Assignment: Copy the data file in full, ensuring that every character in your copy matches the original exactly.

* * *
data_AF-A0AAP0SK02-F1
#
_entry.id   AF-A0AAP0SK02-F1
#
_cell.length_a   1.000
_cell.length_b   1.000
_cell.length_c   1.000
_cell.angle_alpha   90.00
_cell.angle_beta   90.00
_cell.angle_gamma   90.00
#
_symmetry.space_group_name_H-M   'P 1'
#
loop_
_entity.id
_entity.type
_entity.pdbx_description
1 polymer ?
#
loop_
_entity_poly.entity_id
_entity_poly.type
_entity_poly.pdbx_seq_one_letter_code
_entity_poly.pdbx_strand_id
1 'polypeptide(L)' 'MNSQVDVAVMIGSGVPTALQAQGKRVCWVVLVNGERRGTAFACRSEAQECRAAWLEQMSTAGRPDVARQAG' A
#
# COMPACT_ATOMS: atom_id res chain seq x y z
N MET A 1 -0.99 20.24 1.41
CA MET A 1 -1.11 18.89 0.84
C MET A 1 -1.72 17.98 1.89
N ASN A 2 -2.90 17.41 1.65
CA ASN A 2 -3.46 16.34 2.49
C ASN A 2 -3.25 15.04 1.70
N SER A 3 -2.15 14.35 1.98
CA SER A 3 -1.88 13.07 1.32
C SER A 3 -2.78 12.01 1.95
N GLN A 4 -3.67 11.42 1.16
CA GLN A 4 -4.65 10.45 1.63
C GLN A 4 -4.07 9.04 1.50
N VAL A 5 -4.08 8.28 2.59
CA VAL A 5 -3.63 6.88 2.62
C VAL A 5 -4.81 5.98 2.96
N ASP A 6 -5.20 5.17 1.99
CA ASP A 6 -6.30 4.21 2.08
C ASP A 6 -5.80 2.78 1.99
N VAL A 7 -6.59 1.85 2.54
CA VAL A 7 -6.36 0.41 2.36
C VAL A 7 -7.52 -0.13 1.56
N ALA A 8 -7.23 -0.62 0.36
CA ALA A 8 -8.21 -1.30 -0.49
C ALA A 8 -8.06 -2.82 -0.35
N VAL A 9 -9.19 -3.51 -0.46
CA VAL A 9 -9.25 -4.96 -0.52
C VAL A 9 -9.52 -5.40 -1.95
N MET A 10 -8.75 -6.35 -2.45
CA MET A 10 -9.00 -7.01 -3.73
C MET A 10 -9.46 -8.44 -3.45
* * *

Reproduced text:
data_AF-A0AAP0SK02-F1
#
_entry.id   AF-A0AAP0SK02-F1
#
_cell.length_a   1.000
_cell.length_b   1.000
_cell.length_c   1.000
_cell.angle_alpha   90.00
_cell.angle_beta   90.00
_cell.angle_gamma   90.00
#
_symmetry.space_group_name_H-M   'P 1'
#
loop_
_entity.id
_entity.type
_entity.pdbx_description
1 polymer ?
#
loop_
_entity_poly.entity_id
_entity_poly.type
_entity_poly.pdbx_seq_one_letter_code
_entity_poly.pdbx_strand_id
1 'polypeptide(L)' 'MNSQVDVAVMIGSGVPTALQAQGKRVCWVVLVNGERRGTAFACRSEAQECRAAWLEQMSTAGRPDVARQAG' A
#
# COMPACT_ATOMS: atom_id res chain seq x y z
N MET A 1 -0.99 20.24 1.41
CA MET A 1 -1.11 18.89 0.84
C MET A 1 -1.72 17.98 1.89
N ASN A 2 -2.90 17.41 1.65
CA ASN A 2 -3.46 16.34 2.49
C ASN A 2 -3.25 15.04 1.70
N SER A 3 -2.15 14.35 1.98
CA SER A 3 -1.88 13.07 1.32
C SER A 3 -2.78 12.01 1.95
N GLN A 4 -3.67 11.42 1.16
CA GLN A 4 -4.65 10.45 1.63
C GLN A 4 -4.07 9.04 1.50
N VAL A 5 -4.08 8.28 2.59
CA VAL A 5 -3.63 6.88 2.62
C VAL A 5 -4.81 5.98 2.96
N ASP A 6 -5.20 5.17 1.99
CA ASP A 6 -6.30 4.21 2.08
C ASP A 6 -5.80 2.78 1.99
N VAL A 7 -6.59 1.85 2.54
CA VAL A 7 -6.36 0.41 2.36
C VAL A 7 -7.52 -0.13 1.56
N ALA A 8 -7.23 -0.62 0.36
CA ALA A 8 -8.21 -1.30 -0.49
C ALA A 8 -8.06 -2.82 -0.35
N VAL A 9 -9.19 -3.51 -0.46
CA VAL A 9 -9.25 -4.96 -0.52
C VAL A 9 -9.52 -5.40 -1.95
N MET A 10 -8.75 -6.35 -2.45
CA MET A 10 -9.00 -7.01 -3.73
C MET A 10 -9.46 -8.44 -3.45